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U.S. Integral to Asia-Pacific Economy


President Barack Obama is welcomed by Japanese Foreign Minister Seiji Maehara, left, upon arrival at Haneda international airport in Tokyo Friday, Nov. 12, 2010. Obama is visiting Japan to attend meetings of the APEC forum held in Yokohama this weekend. (

The U.S. sees meeting "as a pivotal moment in which APEC can revitalize its mission and embrace a 21st century economic agenda."

On November 13th and 14th, the leaders of the 21-member Asia-Pacific Economic Cooperation forum, or APEC, will meet in Yokohama, Japan. This year's theme is "change and action."

These member economies today encompass 40 percent of the world's population, represent 55 percent of overall global economic output, 43 percent of the world trade and 60 percent of global economic growth. In other words, they are some of the world's largest and most active economies.

APEC was founded in 1989 by 12 Pacific member economies, including the U.S., to counter a trend toward isolationist regional economic pacts that stifled free trade and limited growth, and designed to address what then-Secretary of State James Baker called a "line drawn down the middle of the Pacific" separating the American countries from their Asian counterparts. APEC's purpose is to foster growth and prosperity by facilitating economic cooperation and expanding trade and investment throughout the region.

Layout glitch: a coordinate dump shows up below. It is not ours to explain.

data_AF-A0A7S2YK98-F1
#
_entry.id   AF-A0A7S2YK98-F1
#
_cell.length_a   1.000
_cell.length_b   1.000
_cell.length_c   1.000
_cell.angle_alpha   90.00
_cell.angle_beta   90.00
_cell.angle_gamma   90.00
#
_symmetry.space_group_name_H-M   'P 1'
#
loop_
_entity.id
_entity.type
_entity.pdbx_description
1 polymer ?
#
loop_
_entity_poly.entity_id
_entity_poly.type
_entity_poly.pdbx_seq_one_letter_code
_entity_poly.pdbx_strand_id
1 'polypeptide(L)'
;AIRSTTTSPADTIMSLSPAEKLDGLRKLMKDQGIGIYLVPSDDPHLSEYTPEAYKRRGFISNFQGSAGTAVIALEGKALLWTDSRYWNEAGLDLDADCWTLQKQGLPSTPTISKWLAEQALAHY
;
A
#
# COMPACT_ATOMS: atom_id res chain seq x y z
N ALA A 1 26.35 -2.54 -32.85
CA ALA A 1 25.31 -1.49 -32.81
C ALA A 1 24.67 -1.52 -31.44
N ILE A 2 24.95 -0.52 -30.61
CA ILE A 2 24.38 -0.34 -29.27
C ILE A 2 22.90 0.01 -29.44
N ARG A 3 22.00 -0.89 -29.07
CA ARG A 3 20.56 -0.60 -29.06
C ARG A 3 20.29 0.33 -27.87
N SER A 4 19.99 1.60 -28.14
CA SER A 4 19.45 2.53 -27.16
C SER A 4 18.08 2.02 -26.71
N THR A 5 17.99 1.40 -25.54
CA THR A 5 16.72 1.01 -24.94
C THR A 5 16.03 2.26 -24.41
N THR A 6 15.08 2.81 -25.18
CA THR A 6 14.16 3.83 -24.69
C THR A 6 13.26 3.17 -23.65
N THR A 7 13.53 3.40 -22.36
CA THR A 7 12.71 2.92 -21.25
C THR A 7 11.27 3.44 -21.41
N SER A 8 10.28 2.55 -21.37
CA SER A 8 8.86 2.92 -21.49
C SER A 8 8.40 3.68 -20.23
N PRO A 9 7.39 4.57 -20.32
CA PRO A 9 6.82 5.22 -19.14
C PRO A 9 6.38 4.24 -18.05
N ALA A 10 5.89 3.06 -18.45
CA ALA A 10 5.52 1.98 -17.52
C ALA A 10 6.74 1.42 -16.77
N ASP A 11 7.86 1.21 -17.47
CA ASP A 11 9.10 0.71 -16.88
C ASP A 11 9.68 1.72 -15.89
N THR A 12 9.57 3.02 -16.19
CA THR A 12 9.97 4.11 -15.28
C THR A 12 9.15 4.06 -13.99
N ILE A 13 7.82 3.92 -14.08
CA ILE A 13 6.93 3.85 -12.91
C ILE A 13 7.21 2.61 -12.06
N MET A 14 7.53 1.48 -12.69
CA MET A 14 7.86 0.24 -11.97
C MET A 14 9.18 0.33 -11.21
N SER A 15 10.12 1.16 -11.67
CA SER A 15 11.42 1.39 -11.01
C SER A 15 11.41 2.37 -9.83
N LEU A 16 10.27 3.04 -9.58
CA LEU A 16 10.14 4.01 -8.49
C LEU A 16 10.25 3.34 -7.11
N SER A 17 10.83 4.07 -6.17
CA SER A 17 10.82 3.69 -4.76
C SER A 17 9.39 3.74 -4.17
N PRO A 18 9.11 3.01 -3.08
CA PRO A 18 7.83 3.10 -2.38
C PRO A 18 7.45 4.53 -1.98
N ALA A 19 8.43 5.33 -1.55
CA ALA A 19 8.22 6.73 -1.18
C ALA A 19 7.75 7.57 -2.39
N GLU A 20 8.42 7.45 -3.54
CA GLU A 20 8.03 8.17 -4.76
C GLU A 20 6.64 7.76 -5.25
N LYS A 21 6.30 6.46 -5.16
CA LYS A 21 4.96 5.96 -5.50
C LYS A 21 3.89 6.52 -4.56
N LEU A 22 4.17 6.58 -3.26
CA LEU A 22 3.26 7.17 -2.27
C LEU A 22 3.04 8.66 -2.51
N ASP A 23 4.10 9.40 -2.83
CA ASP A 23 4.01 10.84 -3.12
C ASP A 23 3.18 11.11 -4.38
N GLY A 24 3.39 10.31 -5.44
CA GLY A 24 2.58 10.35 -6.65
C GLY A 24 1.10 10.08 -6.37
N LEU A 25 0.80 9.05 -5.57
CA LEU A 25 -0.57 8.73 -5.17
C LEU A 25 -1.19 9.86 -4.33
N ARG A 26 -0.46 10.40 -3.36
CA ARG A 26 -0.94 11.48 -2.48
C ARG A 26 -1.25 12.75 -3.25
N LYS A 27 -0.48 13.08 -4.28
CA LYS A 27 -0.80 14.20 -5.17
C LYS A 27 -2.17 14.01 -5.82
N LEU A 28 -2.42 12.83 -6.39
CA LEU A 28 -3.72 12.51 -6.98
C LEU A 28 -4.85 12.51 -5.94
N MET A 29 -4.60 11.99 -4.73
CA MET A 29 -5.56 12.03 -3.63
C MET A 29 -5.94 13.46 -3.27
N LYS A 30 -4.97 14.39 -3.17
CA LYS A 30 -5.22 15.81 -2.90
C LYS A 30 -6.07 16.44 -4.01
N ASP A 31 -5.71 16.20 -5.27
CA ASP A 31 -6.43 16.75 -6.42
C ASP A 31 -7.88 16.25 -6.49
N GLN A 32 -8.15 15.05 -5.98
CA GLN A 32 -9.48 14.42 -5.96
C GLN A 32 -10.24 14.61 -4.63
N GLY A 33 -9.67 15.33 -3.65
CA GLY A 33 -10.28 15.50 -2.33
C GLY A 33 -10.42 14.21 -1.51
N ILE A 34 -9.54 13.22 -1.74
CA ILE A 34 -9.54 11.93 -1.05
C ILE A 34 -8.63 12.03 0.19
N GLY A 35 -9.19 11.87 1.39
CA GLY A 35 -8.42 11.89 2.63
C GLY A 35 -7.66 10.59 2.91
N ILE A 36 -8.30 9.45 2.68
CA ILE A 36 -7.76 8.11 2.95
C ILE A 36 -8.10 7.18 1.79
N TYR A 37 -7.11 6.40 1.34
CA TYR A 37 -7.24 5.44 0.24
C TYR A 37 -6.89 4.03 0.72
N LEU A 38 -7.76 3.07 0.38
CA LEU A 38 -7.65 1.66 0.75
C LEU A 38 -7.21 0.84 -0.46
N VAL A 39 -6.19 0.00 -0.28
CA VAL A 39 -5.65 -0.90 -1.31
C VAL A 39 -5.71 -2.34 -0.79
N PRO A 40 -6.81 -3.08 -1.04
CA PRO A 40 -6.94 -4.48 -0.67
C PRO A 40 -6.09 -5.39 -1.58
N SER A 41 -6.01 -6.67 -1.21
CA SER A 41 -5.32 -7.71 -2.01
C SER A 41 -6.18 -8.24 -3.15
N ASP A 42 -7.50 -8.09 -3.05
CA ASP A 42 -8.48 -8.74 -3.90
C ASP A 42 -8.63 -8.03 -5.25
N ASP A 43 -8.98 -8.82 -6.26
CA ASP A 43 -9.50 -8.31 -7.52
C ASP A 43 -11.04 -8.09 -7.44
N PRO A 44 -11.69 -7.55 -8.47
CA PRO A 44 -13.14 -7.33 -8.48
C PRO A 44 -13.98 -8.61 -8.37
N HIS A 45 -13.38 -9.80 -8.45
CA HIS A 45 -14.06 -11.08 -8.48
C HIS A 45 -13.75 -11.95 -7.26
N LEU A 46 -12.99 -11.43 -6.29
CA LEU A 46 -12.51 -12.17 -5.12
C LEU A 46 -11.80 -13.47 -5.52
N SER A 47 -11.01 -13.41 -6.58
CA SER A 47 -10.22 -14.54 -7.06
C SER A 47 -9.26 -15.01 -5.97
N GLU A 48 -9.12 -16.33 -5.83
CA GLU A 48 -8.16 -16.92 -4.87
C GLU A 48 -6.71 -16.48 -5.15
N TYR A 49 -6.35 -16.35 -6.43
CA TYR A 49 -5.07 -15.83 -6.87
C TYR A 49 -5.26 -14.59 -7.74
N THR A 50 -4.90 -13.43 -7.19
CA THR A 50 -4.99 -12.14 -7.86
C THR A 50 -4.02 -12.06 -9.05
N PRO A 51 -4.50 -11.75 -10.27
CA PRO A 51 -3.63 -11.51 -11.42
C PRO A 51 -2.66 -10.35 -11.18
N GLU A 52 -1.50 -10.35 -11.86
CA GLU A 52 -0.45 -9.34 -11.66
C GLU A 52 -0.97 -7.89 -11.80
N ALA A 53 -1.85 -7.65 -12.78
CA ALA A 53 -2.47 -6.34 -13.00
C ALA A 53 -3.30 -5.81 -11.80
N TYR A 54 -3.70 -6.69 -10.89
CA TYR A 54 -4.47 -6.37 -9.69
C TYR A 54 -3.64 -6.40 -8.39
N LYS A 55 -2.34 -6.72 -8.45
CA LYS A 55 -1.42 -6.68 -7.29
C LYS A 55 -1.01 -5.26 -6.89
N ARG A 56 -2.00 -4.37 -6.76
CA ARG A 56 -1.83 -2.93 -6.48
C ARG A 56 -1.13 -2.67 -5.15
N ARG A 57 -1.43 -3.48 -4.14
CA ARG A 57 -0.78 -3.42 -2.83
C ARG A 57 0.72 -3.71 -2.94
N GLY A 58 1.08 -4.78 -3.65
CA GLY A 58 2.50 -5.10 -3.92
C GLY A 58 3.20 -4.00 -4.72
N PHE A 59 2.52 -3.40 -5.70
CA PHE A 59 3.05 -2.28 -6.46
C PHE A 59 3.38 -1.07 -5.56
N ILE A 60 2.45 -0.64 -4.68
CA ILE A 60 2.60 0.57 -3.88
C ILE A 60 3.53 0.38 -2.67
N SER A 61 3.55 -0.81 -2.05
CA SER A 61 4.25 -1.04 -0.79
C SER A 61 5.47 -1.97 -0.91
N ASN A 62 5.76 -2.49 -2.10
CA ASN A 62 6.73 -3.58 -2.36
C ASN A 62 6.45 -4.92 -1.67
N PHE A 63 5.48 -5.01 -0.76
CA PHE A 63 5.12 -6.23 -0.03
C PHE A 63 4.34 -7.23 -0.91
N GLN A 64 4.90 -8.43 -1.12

Applauding the host economy, Japan's agenda to channel the discussion toward trade liberalization and specific efforts to increase business investment in small and medium enterprises, U.S. Secretary of State Hillary Clinton said that the U.S. sees this meeting "as a pivotal moment in which APEC can revitalize its mission and embrace a 21st century economic agenda. "Our aim," she said, "is to help APEC evolve into an important, results-oriented forum for driving shared and inclusive, sustainable economic progress."

Working through APEC, the United States hopes to help create jobs and economic growth by addressing a wide range of economic issues critical to long-term prosperity. For example, by eliminating barriers to trade and investment and creating better business environments, the U.S. hopes to build a level economic playing field in the region that will help all member economies compete and succeed. As well, the U.S. is working within APEC to protect the environment and ensure that long-term growth is more sustainable. The U.S. promotes economic systems and rules that foster innovation and provide widespread benefits to society.

"We have reached one of those rare inflection points in history where we have the opportunity to take a different path — to pursue a new strategy for jobs and growth," said U.S. President Barack Obama. "And I believe the economies of this region have a leading role to play in getting us there."

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